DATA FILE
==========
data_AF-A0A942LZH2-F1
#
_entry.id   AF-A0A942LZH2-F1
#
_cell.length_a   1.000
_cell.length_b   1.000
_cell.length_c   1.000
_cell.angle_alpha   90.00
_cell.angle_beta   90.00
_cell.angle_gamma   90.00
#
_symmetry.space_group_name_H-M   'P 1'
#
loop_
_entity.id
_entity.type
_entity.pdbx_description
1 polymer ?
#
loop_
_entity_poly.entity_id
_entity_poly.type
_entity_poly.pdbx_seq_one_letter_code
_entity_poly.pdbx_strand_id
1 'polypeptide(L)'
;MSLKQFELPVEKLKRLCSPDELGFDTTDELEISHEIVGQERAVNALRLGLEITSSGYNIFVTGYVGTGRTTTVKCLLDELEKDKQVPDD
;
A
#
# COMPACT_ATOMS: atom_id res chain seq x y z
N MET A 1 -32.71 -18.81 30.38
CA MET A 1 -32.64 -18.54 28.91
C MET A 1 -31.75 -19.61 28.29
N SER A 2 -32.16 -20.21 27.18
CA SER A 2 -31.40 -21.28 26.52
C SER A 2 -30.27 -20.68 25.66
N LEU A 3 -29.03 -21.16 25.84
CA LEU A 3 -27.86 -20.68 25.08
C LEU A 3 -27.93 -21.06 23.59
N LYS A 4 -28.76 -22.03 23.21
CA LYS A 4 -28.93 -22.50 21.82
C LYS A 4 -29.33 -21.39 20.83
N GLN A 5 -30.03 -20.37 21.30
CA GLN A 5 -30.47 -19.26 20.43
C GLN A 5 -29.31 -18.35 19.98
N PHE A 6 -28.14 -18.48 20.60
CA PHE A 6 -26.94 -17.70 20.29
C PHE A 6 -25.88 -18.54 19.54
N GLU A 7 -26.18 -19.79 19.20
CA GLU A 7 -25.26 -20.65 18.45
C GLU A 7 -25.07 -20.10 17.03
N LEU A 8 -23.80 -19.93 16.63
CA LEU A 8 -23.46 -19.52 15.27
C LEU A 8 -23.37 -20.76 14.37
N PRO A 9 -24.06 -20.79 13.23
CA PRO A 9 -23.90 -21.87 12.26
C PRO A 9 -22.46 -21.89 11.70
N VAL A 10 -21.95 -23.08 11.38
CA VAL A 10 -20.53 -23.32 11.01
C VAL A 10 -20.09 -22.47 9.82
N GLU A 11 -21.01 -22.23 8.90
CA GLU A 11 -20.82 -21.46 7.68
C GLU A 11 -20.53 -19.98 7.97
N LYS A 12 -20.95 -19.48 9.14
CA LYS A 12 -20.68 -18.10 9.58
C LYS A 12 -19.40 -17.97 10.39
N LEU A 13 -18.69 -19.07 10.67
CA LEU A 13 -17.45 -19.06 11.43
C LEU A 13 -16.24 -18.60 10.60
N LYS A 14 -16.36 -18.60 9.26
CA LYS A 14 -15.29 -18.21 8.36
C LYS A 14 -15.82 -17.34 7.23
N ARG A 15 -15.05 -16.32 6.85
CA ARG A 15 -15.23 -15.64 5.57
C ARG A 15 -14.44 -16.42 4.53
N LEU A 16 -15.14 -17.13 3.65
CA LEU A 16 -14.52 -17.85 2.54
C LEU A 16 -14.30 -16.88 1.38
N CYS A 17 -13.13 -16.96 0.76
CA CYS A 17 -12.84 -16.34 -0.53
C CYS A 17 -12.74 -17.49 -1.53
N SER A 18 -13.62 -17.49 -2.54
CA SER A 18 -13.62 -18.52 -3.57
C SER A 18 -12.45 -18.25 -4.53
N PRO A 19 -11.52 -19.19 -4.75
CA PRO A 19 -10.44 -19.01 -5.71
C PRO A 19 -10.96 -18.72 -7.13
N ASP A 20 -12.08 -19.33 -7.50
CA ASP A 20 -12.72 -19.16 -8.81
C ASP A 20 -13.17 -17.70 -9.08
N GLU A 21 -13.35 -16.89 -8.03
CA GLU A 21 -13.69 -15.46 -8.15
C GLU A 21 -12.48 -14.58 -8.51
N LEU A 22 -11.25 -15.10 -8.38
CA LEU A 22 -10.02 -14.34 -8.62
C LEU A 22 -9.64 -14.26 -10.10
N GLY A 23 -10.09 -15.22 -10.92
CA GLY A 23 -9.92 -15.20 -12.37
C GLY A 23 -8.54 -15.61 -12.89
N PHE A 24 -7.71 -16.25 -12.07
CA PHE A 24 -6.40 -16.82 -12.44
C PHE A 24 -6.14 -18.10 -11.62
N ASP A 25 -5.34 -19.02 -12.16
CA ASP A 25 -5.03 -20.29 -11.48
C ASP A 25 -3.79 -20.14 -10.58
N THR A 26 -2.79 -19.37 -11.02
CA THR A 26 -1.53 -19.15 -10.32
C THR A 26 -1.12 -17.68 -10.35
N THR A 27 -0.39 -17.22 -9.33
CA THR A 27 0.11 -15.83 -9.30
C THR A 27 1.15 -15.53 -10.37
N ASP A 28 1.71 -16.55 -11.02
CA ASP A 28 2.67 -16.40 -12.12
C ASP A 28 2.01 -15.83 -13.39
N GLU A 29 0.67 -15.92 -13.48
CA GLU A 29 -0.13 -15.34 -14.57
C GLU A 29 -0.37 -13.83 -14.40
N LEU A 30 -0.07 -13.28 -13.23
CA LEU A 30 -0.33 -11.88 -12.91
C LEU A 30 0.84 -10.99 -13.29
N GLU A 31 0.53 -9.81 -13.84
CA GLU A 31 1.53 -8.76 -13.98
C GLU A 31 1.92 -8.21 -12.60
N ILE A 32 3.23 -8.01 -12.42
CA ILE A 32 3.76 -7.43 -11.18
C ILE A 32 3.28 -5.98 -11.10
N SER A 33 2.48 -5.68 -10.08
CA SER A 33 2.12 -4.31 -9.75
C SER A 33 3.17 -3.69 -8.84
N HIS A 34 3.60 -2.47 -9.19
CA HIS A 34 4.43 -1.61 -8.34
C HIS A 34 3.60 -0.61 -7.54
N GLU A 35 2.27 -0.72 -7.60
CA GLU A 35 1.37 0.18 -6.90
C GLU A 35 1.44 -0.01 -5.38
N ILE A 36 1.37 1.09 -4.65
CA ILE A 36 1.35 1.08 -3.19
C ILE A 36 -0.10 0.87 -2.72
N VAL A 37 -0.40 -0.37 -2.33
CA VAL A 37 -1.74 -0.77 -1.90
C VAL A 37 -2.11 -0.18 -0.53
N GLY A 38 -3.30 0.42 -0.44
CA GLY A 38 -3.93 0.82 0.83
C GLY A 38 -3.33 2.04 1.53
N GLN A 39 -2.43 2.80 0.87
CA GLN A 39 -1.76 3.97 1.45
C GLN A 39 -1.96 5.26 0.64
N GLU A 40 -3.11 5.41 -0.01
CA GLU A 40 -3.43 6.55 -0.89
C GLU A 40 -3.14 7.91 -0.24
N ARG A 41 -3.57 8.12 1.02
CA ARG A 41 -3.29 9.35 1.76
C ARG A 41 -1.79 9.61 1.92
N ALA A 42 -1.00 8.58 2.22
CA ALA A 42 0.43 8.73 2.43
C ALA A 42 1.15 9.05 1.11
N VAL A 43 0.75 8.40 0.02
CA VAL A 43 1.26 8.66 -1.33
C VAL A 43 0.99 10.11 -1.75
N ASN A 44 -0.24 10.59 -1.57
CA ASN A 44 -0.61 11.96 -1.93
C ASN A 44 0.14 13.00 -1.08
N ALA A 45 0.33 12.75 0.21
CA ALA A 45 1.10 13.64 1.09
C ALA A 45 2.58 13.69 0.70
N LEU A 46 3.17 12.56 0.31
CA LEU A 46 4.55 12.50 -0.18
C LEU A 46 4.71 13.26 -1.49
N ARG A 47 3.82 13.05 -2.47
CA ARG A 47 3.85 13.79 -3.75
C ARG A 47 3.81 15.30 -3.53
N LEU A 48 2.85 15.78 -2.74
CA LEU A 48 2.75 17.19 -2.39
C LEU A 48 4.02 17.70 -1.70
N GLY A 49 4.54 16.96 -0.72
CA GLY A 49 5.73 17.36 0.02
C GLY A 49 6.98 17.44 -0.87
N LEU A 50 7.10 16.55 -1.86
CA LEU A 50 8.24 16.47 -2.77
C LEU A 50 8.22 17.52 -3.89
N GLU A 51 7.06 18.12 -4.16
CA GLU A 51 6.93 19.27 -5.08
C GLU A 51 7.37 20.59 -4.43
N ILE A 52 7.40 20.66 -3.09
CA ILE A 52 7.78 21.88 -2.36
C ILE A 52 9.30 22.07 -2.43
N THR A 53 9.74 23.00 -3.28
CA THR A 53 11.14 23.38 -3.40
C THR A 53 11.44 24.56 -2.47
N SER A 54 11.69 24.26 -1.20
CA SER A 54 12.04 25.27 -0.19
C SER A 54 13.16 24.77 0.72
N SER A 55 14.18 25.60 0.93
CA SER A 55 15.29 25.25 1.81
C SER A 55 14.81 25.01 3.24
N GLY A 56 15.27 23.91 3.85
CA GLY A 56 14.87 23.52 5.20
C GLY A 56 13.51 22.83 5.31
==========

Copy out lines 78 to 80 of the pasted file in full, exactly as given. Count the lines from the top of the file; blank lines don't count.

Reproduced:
C LEU A 16 -14.30 -16.88 1.38
N CYS A 17 -13.13 -16.96 0.76
CA CYS A 17 -12.84 -16.34 -0.53